to jumpstart the
story, writer/ REDBELT
director David
Mamet ("Homi- At Quality16
cide") cranks Sony Pictures
up the intimacy. Classics
Small, seemingly
anecdotes - a broken window, a
pawned watch, a bar fight - gradu-
ally fit together like pieces of a puz-

zle, pulling the viewer deeper and
deeper into the story of Mike Terry
(Chiwetel Ejiofor, "Dirty Pretty
Things"), a Brazilian Jiu Jitsu
trainer who becomes immersed in
the corruption of Hollywood and
corporate business. It's an absorb-
ing film, one that refuses to pan-
der to its audience by revealing its
secrets too early. But it makes a
simple, albeit significant, mistake,
one that threatens to negate the
power of its overall message.
Terry, a former soldier and
renowned mixed martial arts spe-
cialist, befriends hotshot actor
Chet Frank (Tim Allen, "Home
Improvement") after an incident in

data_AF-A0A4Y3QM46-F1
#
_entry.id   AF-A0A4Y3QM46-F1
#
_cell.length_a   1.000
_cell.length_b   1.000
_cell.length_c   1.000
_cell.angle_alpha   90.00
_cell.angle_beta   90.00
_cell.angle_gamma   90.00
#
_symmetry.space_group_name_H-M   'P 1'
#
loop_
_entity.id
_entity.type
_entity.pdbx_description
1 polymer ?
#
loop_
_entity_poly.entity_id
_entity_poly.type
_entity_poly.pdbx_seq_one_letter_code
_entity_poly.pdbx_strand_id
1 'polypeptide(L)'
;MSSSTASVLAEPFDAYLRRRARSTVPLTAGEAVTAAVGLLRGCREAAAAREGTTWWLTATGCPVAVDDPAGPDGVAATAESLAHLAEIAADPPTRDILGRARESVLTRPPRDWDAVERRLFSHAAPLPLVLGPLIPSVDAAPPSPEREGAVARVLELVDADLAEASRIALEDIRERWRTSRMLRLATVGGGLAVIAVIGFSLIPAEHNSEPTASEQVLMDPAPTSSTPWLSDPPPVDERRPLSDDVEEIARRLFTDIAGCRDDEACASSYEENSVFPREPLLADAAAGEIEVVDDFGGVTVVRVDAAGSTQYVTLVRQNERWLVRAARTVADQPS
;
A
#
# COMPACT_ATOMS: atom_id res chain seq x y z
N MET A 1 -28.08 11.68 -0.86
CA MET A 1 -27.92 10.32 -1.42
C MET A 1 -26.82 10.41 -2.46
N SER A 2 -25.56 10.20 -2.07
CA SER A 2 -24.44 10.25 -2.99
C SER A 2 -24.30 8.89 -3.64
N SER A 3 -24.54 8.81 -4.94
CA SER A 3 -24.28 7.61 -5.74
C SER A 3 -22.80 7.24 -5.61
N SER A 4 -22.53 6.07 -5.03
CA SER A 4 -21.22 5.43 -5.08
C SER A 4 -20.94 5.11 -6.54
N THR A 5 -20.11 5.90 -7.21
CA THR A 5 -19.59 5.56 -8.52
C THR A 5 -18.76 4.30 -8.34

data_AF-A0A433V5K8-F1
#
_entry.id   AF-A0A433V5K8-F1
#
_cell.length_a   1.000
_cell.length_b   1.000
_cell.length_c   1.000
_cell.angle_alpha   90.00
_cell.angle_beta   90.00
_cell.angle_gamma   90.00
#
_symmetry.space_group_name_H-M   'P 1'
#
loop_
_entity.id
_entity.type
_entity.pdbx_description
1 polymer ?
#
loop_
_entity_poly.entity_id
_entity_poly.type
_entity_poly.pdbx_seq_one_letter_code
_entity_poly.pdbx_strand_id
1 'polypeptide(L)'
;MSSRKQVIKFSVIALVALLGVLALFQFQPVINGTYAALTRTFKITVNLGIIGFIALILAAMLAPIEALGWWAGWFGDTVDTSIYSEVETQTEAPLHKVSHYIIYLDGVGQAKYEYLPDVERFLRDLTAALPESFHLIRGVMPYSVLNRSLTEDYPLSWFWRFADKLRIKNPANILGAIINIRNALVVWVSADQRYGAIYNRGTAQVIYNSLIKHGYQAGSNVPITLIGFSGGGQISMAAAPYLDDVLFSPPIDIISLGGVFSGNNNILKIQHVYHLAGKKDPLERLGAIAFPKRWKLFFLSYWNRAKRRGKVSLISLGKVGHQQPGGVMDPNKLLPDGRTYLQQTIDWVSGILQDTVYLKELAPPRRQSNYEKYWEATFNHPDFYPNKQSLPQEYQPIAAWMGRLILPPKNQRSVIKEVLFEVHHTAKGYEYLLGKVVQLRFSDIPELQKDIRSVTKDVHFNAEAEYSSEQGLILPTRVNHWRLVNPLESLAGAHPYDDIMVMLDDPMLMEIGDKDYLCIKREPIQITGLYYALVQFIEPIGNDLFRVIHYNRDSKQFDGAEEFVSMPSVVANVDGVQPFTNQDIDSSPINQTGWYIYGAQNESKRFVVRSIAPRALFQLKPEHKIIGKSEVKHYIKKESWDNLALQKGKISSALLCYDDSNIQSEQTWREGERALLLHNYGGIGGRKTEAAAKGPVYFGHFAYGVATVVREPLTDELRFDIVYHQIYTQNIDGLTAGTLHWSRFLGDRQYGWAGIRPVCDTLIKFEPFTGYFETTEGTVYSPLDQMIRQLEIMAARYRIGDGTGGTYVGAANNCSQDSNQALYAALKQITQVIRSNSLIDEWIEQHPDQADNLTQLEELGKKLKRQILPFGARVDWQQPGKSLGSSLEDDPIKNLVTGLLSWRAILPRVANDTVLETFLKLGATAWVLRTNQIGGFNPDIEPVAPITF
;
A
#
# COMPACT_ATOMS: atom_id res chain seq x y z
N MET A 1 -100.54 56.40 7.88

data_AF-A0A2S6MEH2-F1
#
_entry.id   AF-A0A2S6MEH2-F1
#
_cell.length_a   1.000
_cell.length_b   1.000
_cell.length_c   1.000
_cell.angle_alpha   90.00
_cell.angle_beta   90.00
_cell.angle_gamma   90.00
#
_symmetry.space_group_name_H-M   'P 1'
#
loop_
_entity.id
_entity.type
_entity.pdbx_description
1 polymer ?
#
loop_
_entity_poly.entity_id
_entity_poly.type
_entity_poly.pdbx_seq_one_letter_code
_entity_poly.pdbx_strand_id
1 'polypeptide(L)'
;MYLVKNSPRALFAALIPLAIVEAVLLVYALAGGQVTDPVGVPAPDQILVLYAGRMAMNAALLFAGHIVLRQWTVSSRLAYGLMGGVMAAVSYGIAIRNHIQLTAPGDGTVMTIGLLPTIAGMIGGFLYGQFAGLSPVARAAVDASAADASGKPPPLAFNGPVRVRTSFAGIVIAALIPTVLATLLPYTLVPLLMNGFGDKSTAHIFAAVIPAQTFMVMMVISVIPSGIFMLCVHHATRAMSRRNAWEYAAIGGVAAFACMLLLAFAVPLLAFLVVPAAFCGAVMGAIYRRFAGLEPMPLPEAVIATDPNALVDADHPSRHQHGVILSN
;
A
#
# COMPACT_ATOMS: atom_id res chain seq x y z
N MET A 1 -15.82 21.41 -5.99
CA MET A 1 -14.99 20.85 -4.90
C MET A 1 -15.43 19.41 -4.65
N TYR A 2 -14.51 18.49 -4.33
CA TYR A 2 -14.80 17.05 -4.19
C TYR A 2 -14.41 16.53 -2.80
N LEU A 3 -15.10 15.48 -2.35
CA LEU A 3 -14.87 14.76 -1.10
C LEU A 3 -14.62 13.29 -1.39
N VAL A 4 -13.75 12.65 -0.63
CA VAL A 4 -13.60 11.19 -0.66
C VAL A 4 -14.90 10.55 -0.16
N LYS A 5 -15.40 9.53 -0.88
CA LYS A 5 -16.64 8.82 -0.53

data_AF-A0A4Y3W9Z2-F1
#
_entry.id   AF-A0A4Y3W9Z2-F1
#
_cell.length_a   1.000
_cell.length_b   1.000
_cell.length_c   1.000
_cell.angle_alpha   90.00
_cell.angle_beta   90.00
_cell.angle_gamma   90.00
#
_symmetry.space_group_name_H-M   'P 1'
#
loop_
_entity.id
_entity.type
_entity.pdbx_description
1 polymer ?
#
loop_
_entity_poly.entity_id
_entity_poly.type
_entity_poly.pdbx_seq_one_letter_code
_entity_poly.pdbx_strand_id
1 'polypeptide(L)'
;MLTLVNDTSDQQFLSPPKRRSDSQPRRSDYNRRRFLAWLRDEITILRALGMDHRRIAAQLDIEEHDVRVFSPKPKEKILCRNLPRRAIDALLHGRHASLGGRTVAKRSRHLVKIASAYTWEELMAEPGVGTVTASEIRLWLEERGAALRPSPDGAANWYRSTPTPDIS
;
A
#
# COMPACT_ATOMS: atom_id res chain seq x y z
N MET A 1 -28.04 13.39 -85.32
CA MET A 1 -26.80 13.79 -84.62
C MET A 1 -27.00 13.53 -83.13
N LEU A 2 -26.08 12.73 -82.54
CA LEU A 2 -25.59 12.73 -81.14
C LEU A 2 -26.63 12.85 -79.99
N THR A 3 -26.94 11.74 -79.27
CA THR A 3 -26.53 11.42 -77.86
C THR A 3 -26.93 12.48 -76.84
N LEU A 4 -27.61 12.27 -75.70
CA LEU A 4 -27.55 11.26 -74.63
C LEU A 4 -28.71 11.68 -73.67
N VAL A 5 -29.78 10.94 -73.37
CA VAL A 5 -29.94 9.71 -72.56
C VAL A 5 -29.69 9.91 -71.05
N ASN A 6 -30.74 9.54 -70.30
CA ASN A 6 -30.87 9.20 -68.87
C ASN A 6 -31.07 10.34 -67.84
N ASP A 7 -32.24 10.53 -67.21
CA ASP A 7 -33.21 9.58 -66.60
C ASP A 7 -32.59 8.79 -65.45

a bar. With mounting debts and a

the wit
But as

wife (Alice Braga, "IAm Leg- new shades of their personalities
demanding more support, and motivations, he realizes he
s happy to be taken under must choose not only what kind of
life he wants to live, but also what
kind of man he wants to be.
Thematically and structurally,
ightly wound "Redbelt" is a typical drama. It's
the classic story of David vs. Goli-
uspense and ath, or, for a more contemporary
analysis, the idealistic, honorable
gong direction underdog going up against the evil
corporate empire. The film bears
edeem script more than a passing resemblance
to an earlier Mamet screenplay,
1982's excellent "The Verdict."
Both films address the theme of
ngs of the rich and powerful. maintaining one's integrity, and
past events intertwine and both feature male protagonists
in Terry's life begin to show ultimately betrayed by their clos-

est associates. It's a powerful, uni-
versal scenario, and it's rarely done
with more subtlety and grace than
it is here.
The film as a whole is a master-
ful exercise in sustained suspense.
For much of the running time we
are as much in the dark as Terry
is, confounded by the events that
are circling around us and growing
more and more hopeless with each
new turn of events. Mamet, who
has always been a solid screenwrit-
er but an erratic director, is clearly
a lot more comfortable behind the
camera now. "Redbelt" could very
well be his crowning achievement
as a director.
See REDBELT, Page 12